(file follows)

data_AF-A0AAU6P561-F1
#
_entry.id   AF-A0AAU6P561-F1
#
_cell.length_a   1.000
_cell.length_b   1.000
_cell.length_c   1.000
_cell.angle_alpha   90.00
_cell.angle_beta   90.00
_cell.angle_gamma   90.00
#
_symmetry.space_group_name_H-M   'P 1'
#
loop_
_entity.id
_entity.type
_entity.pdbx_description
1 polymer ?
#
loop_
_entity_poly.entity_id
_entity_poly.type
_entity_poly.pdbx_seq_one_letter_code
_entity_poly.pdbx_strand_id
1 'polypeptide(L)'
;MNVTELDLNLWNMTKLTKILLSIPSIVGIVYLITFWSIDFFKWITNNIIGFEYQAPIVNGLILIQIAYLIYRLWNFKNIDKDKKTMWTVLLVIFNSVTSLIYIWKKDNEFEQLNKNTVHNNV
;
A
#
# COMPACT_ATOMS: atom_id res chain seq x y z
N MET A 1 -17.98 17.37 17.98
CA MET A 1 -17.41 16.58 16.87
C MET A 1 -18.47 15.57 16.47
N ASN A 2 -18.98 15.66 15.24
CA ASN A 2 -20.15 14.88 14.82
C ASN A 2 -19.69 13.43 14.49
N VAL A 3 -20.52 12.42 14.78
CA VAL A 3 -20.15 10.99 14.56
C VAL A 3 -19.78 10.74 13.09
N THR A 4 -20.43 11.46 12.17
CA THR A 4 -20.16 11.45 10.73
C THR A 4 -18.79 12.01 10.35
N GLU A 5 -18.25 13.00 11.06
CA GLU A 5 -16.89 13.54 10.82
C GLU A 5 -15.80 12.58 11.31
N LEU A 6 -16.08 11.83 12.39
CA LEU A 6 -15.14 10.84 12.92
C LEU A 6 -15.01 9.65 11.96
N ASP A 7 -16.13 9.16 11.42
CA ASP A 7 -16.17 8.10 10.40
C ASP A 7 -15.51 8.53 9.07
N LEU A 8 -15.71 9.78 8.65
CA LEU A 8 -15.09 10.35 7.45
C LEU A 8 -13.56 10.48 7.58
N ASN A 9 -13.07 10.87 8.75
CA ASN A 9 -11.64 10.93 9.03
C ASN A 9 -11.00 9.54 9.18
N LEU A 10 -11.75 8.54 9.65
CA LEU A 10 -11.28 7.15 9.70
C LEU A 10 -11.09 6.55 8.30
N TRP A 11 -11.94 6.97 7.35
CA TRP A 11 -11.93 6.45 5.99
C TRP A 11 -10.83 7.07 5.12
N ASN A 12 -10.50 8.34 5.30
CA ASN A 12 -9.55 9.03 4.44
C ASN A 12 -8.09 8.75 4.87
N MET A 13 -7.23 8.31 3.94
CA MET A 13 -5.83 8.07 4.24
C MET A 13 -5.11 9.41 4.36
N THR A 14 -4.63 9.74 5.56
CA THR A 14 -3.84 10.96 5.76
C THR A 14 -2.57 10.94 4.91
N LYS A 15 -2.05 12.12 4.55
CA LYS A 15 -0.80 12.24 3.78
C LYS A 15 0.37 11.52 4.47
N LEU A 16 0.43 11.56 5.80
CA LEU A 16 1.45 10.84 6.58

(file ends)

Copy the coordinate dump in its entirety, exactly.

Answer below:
data_AF-A0AAU6P561-F1
#
_entry.id   AF-A0AAU6P561-F1
#
_cell.length_a   1.000
_cell.length_b   1.000
_cell.length_c   1.000
_cell.angle_alpha   90.00
_cell.angle_beta   90.00
_cell.angle_gamma   90.00
#
_symmetry.space_group_name_H-M   'P 1'
#
loop_
_entity.id
_entity.type
_entity.pdbx_description
1 polymer ?
#
loop_
_entity_poly.entity_id
_entity_poly.type
_entity_poly.pdbx_seq_one_letter_code
_entity_poly.pdbx_strand_id
1 'polypeptide(L)'
;MNVTELDLNLWNMTKLTKILLSIPSIVGIVYLITFWSIDFFKWITNNIIGFEYQAPIVNGLILIQIAYLIYRLWNFKNIDKDKKTMWTVLLVIFNSVTSLIYIWKKDNEFEQLNKNTVHNNV
;
A
#
# COMPACT_ATOMS: atom_id res chain seq x y z
N MET A 1 -17.98 17.37 17.98
CA MET A 1 -17.41 16.58 16.87
C MET A 1 -18.47 15.57 16.47
N ASN A 2 -18.98 15.66 15.24
CA ASN A 2 -20.15 14.88 14.82
C ASN A 2 -19.69 13.43 14.49
N VAL A 3 -20.52 12.42 14.78
CA VAL A 3 -20.15 10.99 14.56
C VAL A 3 -19.78 10.74 13.09
N THR A 4 -20.43 11.46 12.17
CA THR A 4 -20.16 11.45 10.73
C THR A 4 -18.79 12.01 10.35
N GLU A 5 -18.25 13.00 11.06
CA GLU A 5 -16.89 13.54 10.82
C GLU A 5 -15.80 12.58 11.31
N LEU A 6 -16.08 11.83 12.39
CA LEU A 6 -15.14 10.84 12.92
C LEU A 6 -15.01 9.65 11.96
N ASP A 7 -16.13 9.16 11.42
CA ASP A 7 -16.17 8.10 10.40
C ASP A 7 -15.51 8.53 9.07
N LEU A 8 -15.71 9.78 8.65
CA LEU A 8 -15.09 10.35 7.45
C LEU A 8 -13.56 10.48 7.58
N ASN A 9 -13.07 10.87 8.75
CA ASN A 9 -11.64 10.93 9.03
C ASN A 9 -11.00 9.54 9.18
N LEU A 10 -11.75 8.54 9.65
CA LEU A 10 -11.28 7.15 9.70
C LEU A 10 -11.09 6.55 8.30
N TRP A 11 -11.94 6.97 7.35
CA TRP A 11 -11.93 6.45 5.99
C TRP A 11 -10.83 7.07 5.12
N ASN A 12 -10.50 8.34 5.30
CA ASN A 12 -9.55 9.03 4.44
C ASN A 12 -8.09 8.75 4.87
N MET A 13 -7.23 8.31 3.94
CA MET A 13 -5.83 8.07 4.24
C MET A 13 -5.11 9.41 4.36
N THR A 14 -4.63 9.74 5.56
CA THR A 14 -3.84 10.96 5.76
C THR A 14 -2.57 10.94 4.91
N LYS A 15 -2.05 12.12 4.55
CA LYS A 15 -0.80 12.24 3.78
C LYS A 15 0.37 11.52 4.47
N LEU A 16 0.43 11.56 5.80
CA LEU A 16 1.45 10.84 6.58